June 3, 1999
I meet a guy. I'm pretty sure I like him because I haven't erased the message he left on my answering message. I call my machine from work and listen to it a time or two, smiling and blushing and feeling like a complete idiot.
His voice is soft and deep, a little awkward and exceedingly polite. In fact, it's the formal nature of the message that thrills me somehow. When I call him back, he asks me out and offers to pick me up across town from where he lives. I suggest meeting him in the middle and he says, "What? I wouldn't dream of not picking you up." This, I think, is my version of phone sex.
Next thing I know, I'm sitting at a bar, he's buying me a drink, I'm trying to be witty, a good listener, trying to arrange my limbs in a way that suggests casual confidence but also provides the most flattering angle. I've got a lot on my mind.
But as I'm nodding and smiling, I'm also worrying about The Big Reveal.
It's not a criminal record or an obsessed ex-husband or a venereal disease. It's not a personality disorder or a confession that I was a spy. But the awful truth must come out somehow. I smoke.
I'm no John Wayne, sucking down six packs a day, but I do enjoy a handful of daily cigarettes. Call them Cancer Sticks, call them Lung Buddies, call them a really bad habit. Call them what you will, but as I sit sipping my Southern Comfort on the rocks, that pack of Merits in my purse is calling me.
How do I handle the Reveal? I remember a girlfriend telling me that she quit smoking because she was madly in love with her neighbor and she knew her smoking would be a "deal breaker." That phrase is taking over the background processing sector of my brain. Deal breaker. It echoes in my head like a cheap sound effect.
I barely know this guy, and I don't relish the idea of introducing any deal breakers, but at the same time, I love to smoke.
I once heard a famous radio doctor report a study which found that smoking fewer than ten cigarettes a day has no proven health deficits. Just to be safe, I try to keep it under six, but I know smoking is a killer. I don't condone it, I just love it.
Ever since my first pack, a slim gold box of Benson & Hedges Ultra Lights I bought when I was fourteen, cigarettes have accompanied me on road trips, stood by me during break ups, coated my lungs with nerve-soothing nicotine during term papers and finals and the late night composing of countless columns.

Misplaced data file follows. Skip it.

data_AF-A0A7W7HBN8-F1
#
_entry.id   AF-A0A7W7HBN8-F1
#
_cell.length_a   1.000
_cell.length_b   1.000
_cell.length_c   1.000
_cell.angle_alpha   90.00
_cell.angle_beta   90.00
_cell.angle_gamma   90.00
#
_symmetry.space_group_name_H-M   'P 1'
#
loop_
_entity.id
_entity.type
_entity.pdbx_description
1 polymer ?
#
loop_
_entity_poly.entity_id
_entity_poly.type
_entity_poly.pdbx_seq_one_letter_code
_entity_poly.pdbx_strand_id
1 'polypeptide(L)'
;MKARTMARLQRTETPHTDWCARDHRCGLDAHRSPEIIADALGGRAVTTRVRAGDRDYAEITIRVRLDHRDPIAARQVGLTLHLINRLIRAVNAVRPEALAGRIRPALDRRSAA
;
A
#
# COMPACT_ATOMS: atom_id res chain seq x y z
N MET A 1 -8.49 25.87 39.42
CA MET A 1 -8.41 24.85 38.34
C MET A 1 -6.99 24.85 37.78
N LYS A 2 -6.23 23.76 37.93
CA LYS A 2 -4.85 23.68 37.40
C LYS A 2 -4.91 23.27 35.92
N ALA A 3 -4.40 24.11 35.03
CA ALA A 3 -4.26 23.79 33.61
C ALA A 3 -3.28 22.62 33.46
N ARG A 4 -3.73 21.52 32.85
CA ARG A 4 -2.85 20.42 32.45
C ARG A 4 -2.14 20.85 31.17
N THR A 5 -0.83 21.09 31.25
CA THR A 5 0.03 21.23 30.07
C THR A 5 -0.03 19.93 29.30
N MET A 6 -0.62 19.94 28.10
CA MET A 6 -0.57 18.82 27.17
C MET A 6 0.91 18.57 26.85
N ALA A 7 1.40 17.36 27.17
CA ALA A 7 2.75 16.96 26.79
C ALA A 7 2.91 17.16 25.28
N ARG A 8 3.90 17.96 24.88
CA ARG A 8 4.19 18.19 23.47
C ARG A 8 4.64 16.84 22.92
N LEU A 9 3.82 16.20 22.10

When I visit home, I would rather tell my parents I'm responsible for a string of gruesome truck stop murders than admit I smoke. I wait patiently for that peaceful, secret late night smoke on the front porch after everyone's gone to bed.
I understand the implications of being a smoker; I'm self-destructive, stupid and on a path of ruin. I'm quite sure this is what people are thinking when they shake their heads with a sad expression and say, "You've got to quit."
And I'm not one of those smokers who resents such comments. I know it's an expression of concern and I do plan to quit when I'm ready. Sure, I see the irony when a person is chowing down a big steak while critiquing my health habits. At times, I want to yell, "Hey, I don't eat meat, I exercise regularly, I take vitamins, I drink that stupid aloe juice. When was the last time you drank aloe juice?"
But I don't say that. There's no point in playing "Let's attack each other's vices." We all have them and in the end, I know mine is the worst of all.
I can't explain all of this to my date. All I know is that I'm getting an urgent memo from my central nervous system and it says, "Teresa: Please report to the smoking lounge for a Merit."
The Reveal, I decide, will be like a Latin American political revolution, quick and bloody.
"Do you mind if we sit in the smoking lounge, so I can have a cigarette?" He agrees, without missing a beat, and my Merit and I sit staring at his face for the subtle signs of a broken deal. We see none. I'm anthropomorphisizing a cigarette now and I know that isn't good.
"Does it totally disgust you that I smoke?" I ask.
"No," he says. "If you didn't smoke, you wouldn't be you."
I gushingly report this conversation the next day to my friend, the one who quit smoking to avoid the broken deal.
"That's sweet," she said. "But guess what? He's lying."
Teresa Strasser is a 20-something who writes for The Jewish Journal
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